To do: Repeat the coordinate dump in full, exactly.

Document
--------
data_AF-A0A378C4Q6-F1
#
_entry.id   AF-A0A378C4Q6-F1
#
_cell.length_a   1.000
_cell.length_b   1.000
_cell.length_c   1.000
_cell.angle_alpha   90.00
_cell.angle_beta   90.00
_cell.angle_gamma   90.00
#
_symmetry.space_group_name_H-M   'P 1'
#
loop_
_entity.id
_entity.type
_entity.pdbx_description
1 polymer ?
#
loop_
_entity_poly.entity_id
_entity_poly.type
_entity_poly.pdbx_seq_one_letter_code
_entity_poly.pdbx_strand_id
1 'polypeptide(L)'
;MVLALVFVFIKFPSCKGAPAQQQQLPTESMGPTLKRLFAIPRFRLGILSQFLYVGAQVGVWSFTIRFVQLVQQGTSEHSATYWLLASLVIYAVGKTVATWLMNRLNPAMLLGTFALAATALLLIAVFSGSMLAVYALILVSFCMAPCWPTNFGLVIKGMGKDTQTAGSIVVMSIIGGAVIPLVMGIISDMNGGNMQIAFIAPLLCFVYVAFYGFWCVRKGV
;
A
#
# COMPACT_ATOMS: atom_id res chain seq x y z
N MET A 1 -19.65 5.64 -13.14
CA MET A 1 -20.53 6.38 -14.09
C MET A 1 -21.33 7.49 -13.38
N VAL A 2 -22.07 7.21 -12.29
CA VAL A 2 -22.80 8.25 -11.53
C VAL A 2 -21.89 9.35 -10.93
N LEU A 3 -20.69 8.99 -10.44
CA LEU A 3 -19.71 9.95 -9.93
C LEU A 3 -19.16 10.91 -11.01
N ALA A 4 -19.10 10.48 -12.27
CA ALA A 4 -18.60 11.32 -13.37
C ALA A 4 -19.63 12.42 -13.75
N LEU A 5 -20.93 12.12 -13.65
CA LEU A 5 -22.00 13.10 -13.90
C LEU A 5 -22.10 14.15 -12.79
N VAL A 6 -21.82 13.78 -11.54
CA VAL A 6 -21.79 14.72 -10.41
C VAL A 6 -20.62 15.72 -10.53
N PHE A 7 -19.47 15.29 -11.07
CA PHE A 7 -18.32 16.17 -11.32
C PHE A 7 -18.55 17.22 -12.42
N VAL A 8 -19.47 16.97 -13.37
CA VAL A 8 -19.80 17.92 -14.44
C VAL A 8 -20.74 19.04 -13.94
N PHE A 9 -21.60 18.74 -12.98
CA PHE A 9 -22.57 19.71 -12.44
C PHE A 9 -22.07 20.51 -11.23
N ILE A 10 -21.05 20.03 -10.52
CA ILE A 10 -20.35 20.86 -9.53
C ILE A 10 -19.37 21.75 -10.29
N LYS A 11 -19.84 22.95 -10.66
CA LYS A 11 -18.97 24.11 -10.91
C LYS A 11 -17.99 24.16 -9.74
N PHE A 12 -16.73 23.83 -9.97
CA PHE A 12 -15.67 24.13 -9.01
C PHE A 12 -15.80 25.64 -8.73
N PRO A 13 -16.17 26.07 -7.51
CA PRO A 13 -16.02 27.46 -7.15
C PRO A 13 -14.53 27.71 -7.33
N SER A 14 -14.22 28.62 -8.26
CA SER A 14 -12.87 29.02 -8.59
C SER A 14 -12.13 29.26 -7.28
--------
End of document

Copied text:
data_AF-A0A378C4Q6-F1
#
_entry.id   AF-A0A378C4Q6-F1
#
_cell.length_a   1.000
_cell.length_b   1.000
_cell.length_c   1.000
_cell.angle_alpha   90.00
_cell.angle_beta   90.00
_cell.angle_gamma   90.00
#
_symmetry.space_group_name_H-M   'P 1'
#
loop_
_entity.id
_entity.type
_entity.pdbx_description
1 polymer ?
#
loop_
_entity_poly.entity_id
_entity_poly.type
_entity_poly.pdbx_seq_one_letter_code
_entity_poly.pdbx_strand_id
1 'polypeptide(L)'
;MVLALVFVFIKFPSCKGAPAQQQQLPTESMGPTLKRLFAIPRFRLGILSQFLYVGAQVGVWSFTIRFVQLVQQGTSEHSATYWLLASLVIYAVGKTVATWLMNRLNPAMLLGTFALAATALLLIAVFSGSMLAVYALILVSFCMAPCWPTNFGLVIKGMGKDTQTAGSIVVMSIIGGAVIPLVMGIISDMNGGNMQIAFIAPLLCFVYVAFYGFWCVRKGV
;
A
#
# COMPACT_ATOMS: atom_id res chain seq x y z
N MET A 1 -19.65 5.64 -13.14
CA MET A 1 -20.53 6.38 -14.09
C MET A 1 -21.33 7.49 -13.38
N VAL A 2 -22.07 7.21 -12.29
CA VAL A 2 -22.80 8.25 -11.53
C VAL A 2 -21.89 9.35 -10.93
N LEU A 3 -20.69 8.99 -10.44
CA LEU A 3 -19.71 9.95 -9.93
C LEU A 3 -19.16 10.91 -11.01
N ALA A 4 -19.10 10.48 -12.27
CA ALA A 4 -18.60 11.32 -13.37
C ALA A 4 -19.63 12.42 -13.75
N LEU A 5 -20.93 12.12 -13.65
CA LEU A 5 -22.00 13.10 -13.90
C LEU A 5 -22.10 14.15 -12.79
N VAL A 6 -21.82 13.78 -11.54
CA VAL A 6 -21.79 14.72 -10.41
C VAL A 6 -20.62 15.72 -10.53
N PHE A 7 -19.47 15.29 -11.07
CA PHE A 7 -18.32 16.17 -11.32
C PHE A 7 -18.55 17.22 -12.42
N VAL A 8 -19.47 16.97 -13.37
CA VAL A 8 -19.80 17.92 -14.44
C VAL A 8 -20.74 19.04 -13.94
N PHE A 9 -21.60 18.74 -12.98
CA PHE A 9 -22.57 19.71 -12.44
C PHE A 9 -22.07 20.51 -11.23
N ILE A 10 -21.05 20.03 -10.52
CA ILE A 10 -20.35 20.86 -9.53
C ILE A 10 -19.37 21.75 -10.29
N LYS A 11 -19.84 22.95 -10.66
CA LYS A 11 -18.97 24.11 -10.91
C LYS A 11 -17.99 24.16 -9.74
N PHE A 12 -16.73 23.83 -9.97
CA PHE A 12 -15.67 24.13 -9.01
C PHE A 12 -15.80 25.64 -8.73
N PRO A 13 -16.17 26.07 -7.51
CA PRO A 13 -16.02 27.46 -7.15
C PRO A 13 -14.53 27.71 -7.33
N SER A 14 -14.22 28.62 -8.26
CA SER A 14 -12.87 29.02 -8.59
C SER A 14 -12.13 29.26 -7.28